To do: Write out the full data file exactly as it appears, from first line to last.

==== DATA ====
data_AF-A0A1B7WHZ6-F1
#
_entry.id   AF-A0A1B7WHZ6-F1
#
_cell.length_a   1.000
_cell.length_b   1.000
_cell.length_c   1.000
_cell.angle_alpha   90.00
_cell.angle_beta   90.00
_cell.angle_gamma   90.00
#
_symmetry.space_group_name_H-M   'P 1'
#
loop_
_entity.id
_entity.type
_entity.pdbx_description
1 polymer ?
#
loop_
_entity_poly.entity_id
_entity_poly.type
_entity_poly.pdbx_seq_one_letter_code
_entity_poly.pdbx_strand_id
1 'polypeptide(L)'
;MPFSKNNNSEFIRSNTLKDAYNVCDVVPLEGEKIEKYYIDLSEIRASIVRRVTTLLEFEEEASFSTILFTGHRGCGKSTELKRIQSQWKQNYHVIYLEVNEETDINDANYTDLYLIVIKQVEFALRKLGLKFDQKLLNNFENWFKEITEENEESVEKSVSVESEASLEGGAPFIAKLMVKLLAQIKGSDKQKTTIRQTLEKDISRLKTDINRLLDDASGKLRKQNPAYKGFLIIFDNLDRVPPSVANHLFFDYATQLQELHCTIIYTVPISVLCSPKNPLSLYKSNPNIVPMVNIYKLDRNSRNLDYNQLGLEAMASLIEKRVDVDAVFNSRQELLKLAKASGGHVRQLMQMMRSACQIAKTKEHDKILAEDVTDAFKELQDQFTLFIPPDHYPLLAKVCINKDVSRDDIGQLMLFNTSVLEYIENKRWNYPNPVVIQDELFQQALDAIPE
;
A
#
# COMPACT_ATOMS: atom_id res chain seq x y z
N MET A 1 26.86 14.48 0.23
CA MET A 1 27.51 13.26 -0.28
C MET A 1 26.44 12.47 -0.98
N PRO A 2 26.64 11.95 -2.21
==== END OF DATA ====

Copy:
data_AF-A0A1B7WHZ6-F1
#
_entry.id   AF-A0A1B7WHZ6-F1
#
_cell.length_a   1.000
_cell.length_b   1.000
_cell.length_c   1.000
_cell.angle_alpha   90.00
_cell.angle_beta   90.00
_cell.angle_gamma   90.00
#
_symmetry.space_group_name_H-M   'P 1'
#
loop_
_entity.id
_entity.type
_entity.pdbx_description
1 polymer ?
#
loop_
_entity_poly.entity_id
_entity_poly.type
_entity_poly.pdbx_seq_one_letter_code
_entity_poly.pdbx_strand_id
1 'polypeptide(L)'
;MPFSKNNNSEFIRSNTLKDAYNVCDVVPLEGEKIEKYYIDLSEIRASIVRRVTTLLEFEEEASFSTILFTGHRGCGKSTELKRIQSQWKQNYHVIYLEVNEETDINDANYTDLYLIVIKQVEFALRKLGLKFDQKLLNNFENWFKEITEENEESVEKSVSVESEASLEGGAPFIAKLMVKLLAQIKGSDKQKTTIRQTLEKDISRLKTDINRLLDDASGKLRKQNPAYKGFLIIFDNLDRVPPSVANHLFFDYATQLQELHCTIIYTVPISVLCSPKNPLSLYKSNPNIVPMVNIYKLDRNSRNLDYNQLGLEAMASLIEKRVDVDAVFNSRQELLKLAKASGGHVRQLMQMMRSACQIAKTKEHDKILAEDVTDAFKELQDQFTLFIPPDHYPLLAKVCINKDVSRDDIGQLMLFNTSVLEYIENKRWNYPNPVVIQDELFQQALDAIPE
;
A
#
# COMPACT_ATOMS: atom_id res chain seq x y z
N MET A 1 26.86 14.48 0.23
CA MET A 1 27.51 13.26 -0.28
C MET A 1 26.44 12.47 -0.98
N PRO A 2 26.64 11.95 -2.21